Highlights from October 1, 2015 "Early Germline Events in the Heritable Etiology of Autism Spectrum Disorders" Webinar
On October 1, 2015, the Escher Fund for Autism, Autism Speaks, and the Autism Science Foundation co-sponsored this inaugural online symposium. Attendees included laypeople and researchers from many different fields, but all interested in the intersection between genes, exposures, and disruptions in the instructions that control normal neurodevelopment.
The webinar explored emerging concepts in basic reproductive biology and also the heritability of ASDs. We know that autism is highly heritable, in the sense that ASD risk is higher among siblings, but it's not shown to be highly "genetic" in the classic sense that these traits or genes are passed from generation to generation.
To probe what might lie underneath these observations, we felt it important to take a multidisciplinary approach, starting with the complicated biology of germ cells themselves. The unique molecular biology and particular vulnerabilities of the early germline may inform the risk of the "de novo" events we see in autism. By de novo we mean genetic and epigenetic changes arising in the parents' egg or sperm, but not seen in the parents themselves.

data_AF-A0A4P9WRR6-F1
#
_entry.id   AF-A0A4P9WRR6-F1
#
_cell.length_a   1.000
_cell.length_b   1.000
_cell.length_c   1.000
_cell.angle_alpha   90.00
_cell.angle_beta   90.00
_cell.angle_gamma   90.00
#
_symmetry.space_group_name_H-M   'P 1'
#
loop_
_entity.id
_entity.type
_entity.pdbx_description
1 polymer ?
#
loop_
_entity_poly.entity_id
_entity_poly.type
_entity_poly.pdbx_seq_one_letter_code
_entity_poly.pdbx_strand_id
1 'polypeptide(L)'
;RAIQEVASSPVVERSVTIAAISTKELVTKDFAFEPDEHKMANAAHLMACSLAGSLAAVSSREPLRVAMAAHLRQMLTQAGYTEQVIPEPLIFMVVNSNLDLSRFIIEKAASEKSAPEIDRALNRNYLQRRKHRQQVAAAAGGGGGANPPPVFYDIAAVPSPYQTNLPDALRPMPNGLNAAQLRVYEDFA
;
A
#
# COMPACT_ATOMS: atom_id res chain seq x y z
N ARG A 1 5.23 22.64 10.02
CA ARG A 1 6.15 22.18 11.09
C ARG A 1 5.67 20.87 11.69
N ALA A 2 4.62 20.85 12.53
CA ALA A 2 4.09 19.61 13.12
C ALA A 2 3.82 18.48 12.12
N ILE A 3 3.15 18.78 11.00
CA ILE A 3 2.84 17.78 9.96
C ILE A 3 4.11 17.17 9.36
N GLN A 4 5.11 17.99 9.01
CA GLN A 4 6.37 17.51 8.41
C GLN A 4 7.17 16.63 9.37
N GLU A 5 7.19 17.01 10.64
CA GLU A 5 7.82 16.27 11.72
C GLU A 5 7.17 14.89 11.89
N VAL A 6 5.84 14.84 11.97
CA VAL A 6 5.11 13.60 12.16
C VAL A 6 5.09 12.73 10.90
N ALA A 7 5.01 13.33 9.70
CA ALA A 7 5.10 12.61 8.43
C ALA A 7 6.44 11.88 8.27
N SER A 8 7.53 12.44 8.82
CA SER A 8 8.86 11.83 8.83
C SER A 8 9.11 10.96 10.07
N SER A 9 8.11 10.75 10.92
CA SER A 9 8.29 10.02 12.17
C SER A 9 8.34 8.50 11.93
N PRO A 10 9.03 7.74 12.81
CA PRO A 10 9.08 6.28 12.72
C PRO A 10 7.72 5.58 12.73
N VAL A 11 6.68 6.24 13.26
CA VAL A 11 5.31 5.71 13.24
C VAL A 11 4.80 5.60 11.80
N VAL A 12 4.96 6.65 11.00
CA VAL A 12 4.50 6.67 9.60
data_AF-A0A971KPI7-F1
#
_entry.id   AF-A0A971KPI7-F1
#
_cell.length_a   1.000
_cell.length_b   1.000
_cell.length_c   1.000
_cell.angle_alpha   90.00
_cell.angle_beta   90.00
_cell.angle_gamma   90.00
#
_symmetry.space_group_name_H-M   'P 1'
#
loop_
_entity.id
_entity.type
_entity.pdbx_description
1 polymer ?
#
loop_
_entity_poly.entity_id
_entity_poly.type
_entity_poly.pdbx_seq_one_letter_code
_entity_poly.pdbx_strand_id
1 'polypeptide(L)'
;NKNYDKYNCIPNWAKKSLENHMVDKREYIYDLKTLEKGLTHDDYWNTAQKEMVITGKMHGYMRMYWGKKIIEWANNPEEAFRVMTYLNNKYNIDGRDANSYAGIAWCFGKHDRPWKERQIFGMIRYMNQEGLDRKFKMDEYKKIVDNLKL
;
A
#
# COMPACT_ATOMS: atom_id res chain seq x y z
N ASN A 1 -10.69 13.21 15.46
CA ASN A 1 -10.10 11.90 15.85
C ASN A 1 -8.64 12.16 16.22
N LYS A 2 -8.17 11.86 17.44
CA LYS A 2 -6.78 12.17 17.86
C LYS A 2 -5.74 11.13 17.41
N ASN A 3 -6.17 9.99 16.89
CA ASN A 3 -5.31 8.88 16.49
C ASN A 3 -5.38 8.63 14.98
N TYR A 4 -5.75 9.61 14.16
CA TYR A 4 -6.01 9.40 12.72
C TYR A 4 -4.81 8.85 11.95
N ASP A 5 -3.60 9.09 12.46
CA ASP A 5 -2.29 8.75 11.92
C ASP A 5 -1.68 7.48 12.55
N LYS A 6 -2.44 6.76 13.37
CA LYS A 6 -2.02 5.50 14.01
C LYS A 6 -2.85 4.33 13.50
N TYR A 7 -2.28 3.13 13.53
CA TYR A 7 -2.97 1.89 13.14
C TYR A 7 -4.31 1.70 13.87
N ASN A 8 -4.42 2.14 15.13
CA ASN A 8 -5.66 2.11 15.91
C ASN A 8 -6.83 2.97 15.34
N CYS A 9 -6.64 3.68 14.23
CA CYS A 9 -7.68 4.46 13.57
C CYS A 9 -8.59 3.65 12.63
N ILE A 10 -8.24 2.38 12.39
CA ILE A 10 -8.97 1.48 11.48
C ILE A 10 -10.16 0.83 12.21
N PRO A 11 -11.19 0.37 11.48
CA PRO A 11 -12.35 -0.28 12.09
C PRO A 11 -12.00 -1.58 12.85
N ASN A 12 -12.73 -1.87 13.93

This effort only scratched the surface of this vast and rapidly developing subject matter, but, we hope it will prompt deeper thinking about autism genetics and inspire further research that may help to connect the dots.
Watch the webinar here.
Jill Escher, Escher Fund for Autism, is a California-based science philanthropist and mother of two children with severe autism, focused on the question of how environmentally induced germline disruptions may be contributing to today's epidemics of neurodevelopmental impairment. You can read about her discovery of her intensive prenatal exposure to synthetic hormone drugs here. Jill is also president of Autism Society San Francisco Bay Area.